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Alyson Stoner says she felt ‘insecure’ in her body before getting treatment for eating disorders: ‘I was so isolated’

The actress and dancer opened up about feeling “insecure” in her body. (Photo: Getty Images; Designed by Yahoo Life)

it figures Yahoo Life’s Body Image series, which delves into the journeys of influential and inspirational figures as they explore what body confidence, body neutrality and self-love mean to them.

Alyson Stoner has been acclaimed as a skilled and charismatic dancer since gaining notoriety for her appearance in Missy Elliott’s “Work It” video in 2002. cheaper by the Dozen, Come forward And camp RockShe realized that losing control of her mind and her body was the price of fame.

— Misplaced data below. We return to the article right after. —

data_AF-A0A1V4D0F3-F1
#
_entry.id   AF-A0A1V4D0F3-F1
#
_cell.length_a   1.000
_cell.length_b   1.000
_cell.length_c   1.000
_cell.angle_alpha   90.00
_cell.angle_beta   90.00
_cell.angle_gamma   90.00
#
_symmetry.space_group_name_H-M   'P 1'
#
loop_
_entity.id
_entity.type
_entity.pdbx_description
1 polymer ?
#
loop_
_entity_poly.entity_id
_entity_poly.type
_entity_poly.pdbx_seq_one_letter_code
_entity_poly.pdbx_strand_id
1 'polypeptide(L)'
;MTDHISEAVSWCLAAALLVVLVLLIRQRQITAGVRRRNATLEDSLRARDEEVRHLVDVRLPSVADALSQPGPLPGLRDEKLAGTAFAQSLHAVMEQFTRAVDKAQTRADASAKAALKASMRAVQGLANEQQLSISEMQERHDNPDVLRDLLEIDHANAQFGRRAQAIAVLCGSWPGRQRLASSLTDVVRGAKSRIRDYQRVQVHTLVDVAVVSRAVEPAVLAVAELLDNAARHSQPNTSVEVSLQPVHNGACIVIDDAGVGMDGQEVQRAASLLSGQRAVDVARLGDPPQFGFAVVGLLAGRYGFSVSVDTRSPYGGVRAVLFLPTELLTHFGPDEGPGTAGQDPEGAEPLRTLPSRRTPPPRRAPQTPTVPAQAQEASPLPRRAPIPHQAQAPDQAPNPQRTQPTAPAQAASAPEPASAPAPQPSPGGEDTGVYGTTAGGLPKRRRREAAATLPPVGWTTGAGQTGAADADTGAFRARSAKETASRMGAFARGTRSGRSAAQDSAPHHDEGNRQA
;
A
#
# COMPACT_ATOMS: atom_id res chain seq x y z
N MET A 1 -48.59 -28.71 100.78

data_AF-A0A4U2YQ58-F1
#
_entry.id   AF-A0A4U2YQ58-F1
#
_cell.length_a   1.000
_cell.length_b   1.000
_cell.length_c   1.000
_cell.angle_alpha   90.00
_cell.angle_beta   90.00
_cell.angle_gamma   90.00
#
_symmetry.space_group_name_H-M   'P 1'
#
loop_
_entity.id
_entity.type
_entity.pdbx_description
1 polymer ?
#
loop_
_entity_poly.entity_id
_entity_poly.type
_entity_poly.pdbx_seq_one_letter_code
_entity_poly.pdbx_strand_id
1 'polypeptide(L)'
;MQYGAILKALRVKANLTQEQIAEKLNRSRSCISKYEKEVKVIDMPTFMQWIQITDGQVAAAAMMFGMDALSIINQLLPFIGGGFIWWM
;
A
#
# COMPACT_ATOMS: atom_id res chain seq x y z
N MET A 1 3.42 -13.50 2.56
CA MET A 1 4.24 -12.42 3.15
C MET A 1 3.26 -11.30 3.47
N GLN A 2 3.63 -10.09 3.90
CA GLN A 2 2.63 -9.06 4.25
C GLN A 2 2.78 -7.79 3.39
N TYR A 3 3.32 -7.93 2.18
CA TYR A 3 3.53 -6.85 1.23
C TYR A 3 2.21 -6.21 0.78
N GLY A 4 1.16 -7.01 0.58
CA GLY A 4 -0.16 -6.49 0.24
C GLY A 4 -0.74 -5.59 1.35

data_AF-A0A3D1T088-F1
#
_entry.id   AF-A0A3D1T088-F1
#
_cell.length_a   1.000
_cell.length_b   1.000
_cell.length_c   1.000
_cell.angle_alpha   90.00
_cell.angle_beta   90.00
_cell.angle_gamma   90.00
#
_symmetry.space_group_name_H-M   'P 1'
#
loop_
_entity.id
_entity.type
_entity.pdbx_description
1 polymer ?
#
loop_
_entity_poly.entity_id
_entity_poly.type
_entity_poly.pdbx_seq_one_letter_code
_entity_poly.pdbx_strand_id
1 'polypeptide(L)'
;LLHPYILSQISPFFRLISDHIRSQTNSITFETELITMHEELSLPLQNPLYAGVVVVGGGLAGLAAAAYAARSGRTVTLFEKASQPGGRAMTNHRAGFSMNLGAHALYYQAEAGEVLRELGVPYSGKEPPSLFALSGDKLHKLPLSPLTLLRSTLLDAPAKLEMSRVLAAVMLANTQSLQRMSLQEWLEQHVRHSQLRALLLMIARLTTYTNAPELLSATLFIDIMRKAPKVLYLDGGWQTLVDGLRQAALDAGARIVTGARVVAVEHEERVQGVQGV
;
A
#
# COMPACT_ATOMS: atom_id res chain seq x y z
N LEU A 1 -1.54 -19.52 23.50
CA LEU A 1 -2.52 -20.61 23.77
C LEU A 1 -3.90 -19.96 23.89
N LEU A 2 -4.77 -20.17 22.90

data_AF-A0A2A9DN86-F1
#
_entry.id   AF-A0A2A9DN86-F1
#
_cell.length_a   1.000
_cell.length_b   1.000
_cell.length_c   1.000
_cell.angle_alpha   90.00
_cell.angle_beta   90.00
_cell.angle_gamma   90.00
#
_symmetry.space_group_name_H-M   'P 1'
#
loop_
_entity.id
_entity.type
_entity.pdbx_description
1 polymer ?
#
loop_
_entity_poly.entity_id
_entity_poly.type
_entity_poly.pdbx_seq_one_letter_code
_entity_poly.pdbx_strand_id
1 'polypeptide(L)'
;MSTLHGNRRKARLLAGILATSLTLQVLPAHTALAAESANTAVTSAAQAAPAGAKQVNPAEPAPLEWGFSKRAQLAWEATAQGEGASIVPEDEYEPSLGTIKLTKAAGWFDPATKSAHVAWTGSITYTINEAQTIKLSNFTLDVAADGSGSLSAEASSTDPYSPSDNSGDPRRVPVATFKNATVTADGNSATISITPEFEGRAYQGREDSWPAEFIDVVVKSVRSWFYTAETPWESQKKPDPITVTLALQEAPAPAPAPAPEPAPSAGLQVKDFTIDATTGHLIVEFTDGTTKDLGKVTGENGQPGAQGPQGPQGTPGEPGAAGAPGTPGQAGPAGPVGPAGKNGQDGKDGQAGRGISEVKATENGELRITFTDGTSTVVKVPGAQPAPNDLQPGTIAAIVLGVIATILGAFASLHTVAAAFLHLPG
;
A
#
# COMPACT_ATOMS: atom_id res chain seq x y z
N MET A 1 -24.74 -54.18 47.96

Stoner, 29, told Yahoo Life, “My body used to be a battlefield, an unsafe place to exist.

She credits the “imbalance” she experienced not only to the industry, but also to the environment in which she grew up. She says an “unstable family home” played a big role in “losing confidence with my body.” Something that is still in the process of recovery.

“My decision-making was never about, like, what’s going to be healthy and good for my well-being? It was more like, does it help me, you know, survive the night? Which means Maybe, don’t go down and get the food because you don’t know what’s going on in the kitchen,” she says.

The need to remain invisible at home led Stoner to neglect self-care, further solidified by his experience as a child actor. “I still consciously do the basics today, like, drink water, brush my hair,” she says. “They dressed up for the industry. And whenever I was like, Oh, I’m not going to be on camera today, I’m going to forget to do all the stuff because I just associated all that with being camera-ready — not in And like valuable rituals for self-care and health.”